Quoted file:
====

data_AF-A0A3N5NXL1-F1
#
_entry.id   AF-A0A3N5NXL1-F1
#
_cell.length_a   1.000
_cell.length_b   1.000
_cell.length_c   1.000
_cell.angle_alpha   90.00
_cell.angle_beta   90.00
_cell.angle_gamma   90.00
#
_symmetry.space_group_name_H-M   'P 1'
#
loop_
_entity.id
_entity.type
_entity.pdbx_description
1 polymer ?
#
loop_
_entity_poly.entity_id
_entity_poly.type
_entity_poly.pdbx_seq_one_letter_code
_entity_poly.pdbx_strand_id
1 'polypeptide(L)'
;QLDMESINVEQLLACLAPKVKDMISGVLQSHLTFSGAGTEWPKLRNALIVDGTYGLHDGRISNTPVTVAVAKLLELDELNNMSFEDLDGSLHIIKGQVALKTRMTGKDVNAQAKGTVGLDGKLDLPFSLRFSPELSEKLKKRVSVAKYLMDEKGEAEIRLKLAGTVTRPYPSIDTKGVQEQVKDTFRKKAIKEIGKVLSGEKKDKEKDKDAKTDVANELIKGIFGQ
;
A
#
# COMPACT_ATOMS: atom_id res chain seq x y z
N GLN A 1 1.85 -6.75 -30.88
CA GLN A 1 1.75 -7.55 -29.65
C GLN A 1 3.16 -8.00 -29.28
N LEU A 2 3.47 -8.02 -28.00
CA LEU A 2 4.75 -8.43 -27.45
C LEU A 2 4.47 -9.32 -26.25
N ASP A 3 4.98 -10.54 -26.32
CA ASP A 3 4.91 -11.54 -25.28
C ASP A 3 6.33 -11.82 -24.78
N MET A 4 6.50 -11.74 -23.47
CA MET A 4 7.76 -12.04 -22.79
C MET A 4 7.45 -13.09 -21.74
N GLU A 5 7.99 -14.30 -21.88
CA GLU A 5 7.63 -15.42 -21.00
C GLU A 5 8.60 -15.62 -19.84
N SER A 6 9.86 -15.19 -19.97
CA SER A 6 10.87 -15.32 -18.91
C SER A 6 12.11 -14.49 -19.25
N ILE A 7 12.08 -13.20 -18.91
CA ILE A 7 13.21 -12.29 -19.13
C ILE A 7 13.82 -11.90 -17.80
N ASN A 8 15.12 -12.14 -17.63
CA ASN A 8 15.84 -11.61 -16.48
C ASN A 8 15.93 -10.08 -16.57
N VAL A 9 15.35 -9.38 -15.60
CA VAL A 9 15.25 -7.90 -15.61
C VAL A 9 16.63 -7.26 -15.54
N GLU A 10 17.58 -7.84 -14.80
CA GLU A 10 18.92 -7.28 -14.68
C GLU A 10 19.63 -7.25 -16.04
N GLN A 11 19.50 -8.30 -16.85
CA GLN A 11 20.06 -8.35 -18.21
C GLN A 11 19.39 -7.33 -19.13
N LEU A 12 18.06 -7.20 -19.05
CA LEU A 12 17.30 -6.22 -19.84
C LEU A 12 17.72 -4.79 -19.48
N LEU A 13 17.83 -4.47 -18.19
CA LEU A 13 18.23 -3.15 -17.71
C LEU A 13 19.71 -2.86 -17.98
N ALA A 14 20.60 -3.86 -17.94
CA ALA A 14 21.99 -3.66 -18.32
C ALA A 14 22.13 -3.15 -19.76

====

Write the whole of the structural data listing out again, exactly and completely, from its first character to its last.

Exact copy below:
data_AF-A0A3N5NXL1-F1
#
_entry.id   AF-A0A3N5NXL1-F1
#
_cell.length_a   1.000
_cell.length_b   1.000
_cell.length_c   1.000
_cell.angle_alpha   90.00
_cell.angle_beta   90.00
_cell.angle_gamma   90.00
#
_symmetry.space_group_name_H-M   'P 1'
#
loop_
_entity.id
_entity.type
_entity.pdbx_description
1 polymer ?
#
loop_
_entity_poly.entity_id
_entity_poly.type
_entity_poly.pdbx_seq_one_letter_code
_entity_poly.pdbx_strand_id
1 'polypeptide(L)'
;QLDMESINVEQLLACLAPKVKDMISGVLQSHLTFSGAGTEWPKLRNALIVDGTYGLHDGRISNTPVTVAVAKLLELDELNNMSFEDLDGSLHIIKGQVALKTRMTGKDVNAQAKGTVGLDGKLDLPFSLRFSPELSEKLKKRVSVAKYLMDEKGEAEIRLKLAGTVTRPYPSIDTKGVQEQVKDTFRKKAIKEIGKVLSGEKKDKEKDKDAKTDVANELIKGIFGQ
;
A
#
# COMPACT_ATOMS: atom_id res chain seq x y z
N GLN A 1 1.85 -6.75 -30.88
CA GLN A 1 1.75 -7.55 -29.65
C GLN A 1 3.16 -8.00 -29.28
N LEU A 2 3.47 -8.02 -28.00
CA LEU A 2 4.75 -8.43 -27.45
C LEU A 2 4.47 -9.32 -26.25
N ASP A 3 4.98 -10.54 -26.32
CA ASP A 3 4.91 -11.54 -25.28
C ASP A 3 6.33 -11.82 -24.78
N MET A 4 6.50 -11.74 -23.47
CA MET A 4 7.76 -12.04 -22.79
C MET A 4 7.45 -13.09 -21.74
N GLU A 5 7.99 -14.30 -21.88
CA GLU A 5 7.63 -15.42 -21.00
C GLU A 5 8.60 -15.62 -19.84
N SER A 6 9.86 -15.19 -19.97
CA SER A 6 10.87 -15.32 -18.91
C SER A 6 12.11 -14.49 -19.25
N ILE A 7 12.08 -13.20 -18.91
CA ILE A 7 13.21 -12.29 -19.13
C ILE A 7 13.82 -11.90 -17.80
N ASN A 8 15.12 -12.14 -17.63
CA ASN A 8 15.84 -11.61 -16.48
C ASN A 8 15.93 -10.08 -16.57
N VAL A 9 15.35 -9.38 -15.60
CA VAL A 9 15.25 -7.90 -15.61
C VAL A 9 16.63 -7.26 -15.54
N GLU A 10 17.58 -7.84 -14.80
CA GLU A 10 18.92 -7.28 -14.68
C GLU A 10 19.63 -7.25 -16.04
N GLN A 11 19.50 -8.30 -16.85
CA GLN A 11 20.06 -8.35 -18.21
C GLN A 11 19.39 -7.33 -19.13
N LEU A 12 18.06 -7.20 -19.05
CA LEU A 12 17.30 -6.22 -19.84
C LEU A 12 17.72 -4.79 -19.48
N LEU A 13 17.83 -4.47 -18.19
CA LEU A 13 18.23 -3.15 -17.71
C LEU A 13 19.71 -2.86 -17.98
N ALA A 14 20.60 -3.86 -17.94
CA ALA A 14 21.99 -3.66 -18.32
C ALA A 14 22.13 -3.15 -19.76